BOLDUAN: OUTFRONT next, Republicans trying to salvage their health care bill that some Americans say is the difference between life or death.

(BEGIN VIDEO CLIP) ED LAVANDERA, CNN CORRESPONDENT: What worries you most about what

could happen to your situation?



BOLDUAN: And Chris Christie enjoying a day at the beach. What's wrong with this picture? Jeanne Moos has so many answers.


[19:42:50] BOLDUAN: Welcome back to a special edition of OUTFRONT.

New tonight, Republican leadership appears to be at odds with President Trump on how to repeal and replace Obamacare. We're learning that repealing first and replacing later is not on the table for Republican leadership. This after Trump as well as some conservative senators signaled support for that very path forward.

And this is sure to only increase pressure on Republicans especially for one senator who could make or break the bill.

Ed Lavandera is OUTFRONT.


LAVANDERA: What worries you most about what could happen to your situation?

JENNY STILES, 29-YEAR-OLD: Death, honestly.

LAVANDERA (voice-over): With the help of her mother, 29-year-old Jenny Stiles walks into a Las Vegas phone bank and starts dialing numbers, drumming up pressure on lawmakers to vote down the Senate Republican health care bill.

J. STILES: I'm calling because we need your help to stop the American Health Care Act.

My life is being threatened by a bunch of people who have no idea what it's like to be chronically ill. They just don't.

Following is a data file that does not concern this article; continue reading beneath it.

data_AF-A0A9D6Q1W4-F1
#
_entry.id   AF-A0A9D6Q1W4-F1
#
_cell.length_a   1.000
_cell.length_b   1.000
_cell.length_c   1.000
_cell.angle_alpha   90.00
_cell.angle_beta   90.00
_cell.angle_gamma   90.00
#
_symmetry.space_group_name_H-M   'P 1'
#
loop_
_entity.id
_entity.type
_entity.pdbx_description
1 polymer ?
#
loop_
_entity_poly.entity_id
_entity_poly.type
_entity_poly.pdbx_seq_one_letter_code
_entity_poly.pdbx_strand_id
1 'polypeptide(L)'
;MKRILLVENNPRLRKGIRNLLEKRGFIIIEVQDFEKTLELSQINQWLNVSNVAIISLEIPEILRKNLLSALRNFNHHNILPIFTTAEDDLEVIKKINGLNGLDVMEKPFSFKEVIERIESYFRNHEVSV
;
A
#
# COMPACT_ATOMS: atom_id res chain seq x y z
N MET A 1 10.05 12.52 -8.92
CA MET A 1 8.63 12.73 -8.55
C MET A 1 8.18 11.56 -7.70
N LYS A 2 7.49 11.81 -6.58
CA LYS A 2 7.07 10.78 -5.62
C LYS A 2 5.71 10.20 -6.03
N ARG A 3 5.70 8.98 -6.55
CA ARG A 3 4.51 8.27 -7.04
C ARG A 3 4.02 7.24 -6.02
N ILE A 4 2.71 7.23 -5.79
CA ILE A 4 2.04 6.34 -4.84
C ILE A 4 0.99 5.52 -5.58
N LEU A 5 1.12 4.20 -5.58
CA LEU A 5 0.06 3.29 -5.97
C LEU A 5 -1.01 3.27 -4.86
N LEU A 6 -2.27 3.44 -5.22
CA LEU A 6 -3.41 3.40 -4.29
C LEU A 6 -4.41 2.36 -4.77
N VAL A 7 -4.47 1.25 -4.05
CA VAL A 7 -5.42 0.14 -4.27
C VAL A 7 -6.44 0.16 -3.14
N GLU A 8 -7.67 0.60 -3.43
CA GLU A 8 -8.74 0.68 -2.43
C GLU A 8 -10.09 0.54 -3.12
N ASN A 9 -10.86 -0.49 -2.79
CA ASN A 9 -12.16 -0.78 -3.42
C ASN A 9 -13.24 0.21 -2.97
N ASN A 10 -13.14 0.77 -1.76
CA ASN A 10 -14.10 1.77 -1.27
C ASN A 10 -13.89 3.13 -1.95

LAVANDERA: Stiles was born with multiple birth defects, so many that health insurance is a life and death issue. She's endured nearly 30 surgeries including a kidney transplant. He's on the waiting list for another kidney. Routinely makes visits with 13 different doctors, kidney dialysis three times a week, and if that wasn't enough, there's the $6,000 a month in prescription medications.

Right now, she's covered by a combination of Medicare, Medicaid, and her mother's health work insurance, but they fear the slightest change, anything could be devastating.

KAREN STILES, JENNY'S MOTHER: We wouldn't be able to afford these medications. And then what do you do? Her -- everything would just stop working.

LAVANDERA (on camera): It could bankrupt you, guys?

K. STILES: Oh, easily. Yes.

J. STILES: It could bankrupt Bill Gates, honestly.

UNIDENTIFIED MALE: We need you guys to continue to stand up.

LAVANDERA (voice-over): In Nevada, the focus of protests has been Republican Senator Dean Heller, who has vowed to vote no against the original draft of the Senate health care bill. Heller is feeling the heat from both sides of the debate.

The Republican governor of Nevada expanded Medicaid under Obamacare, helping insure nearly 300,000 more people in the state. During a recent meeting at the White House, Senator Heller was seated close to President Trump, but conservative groups went after Heller.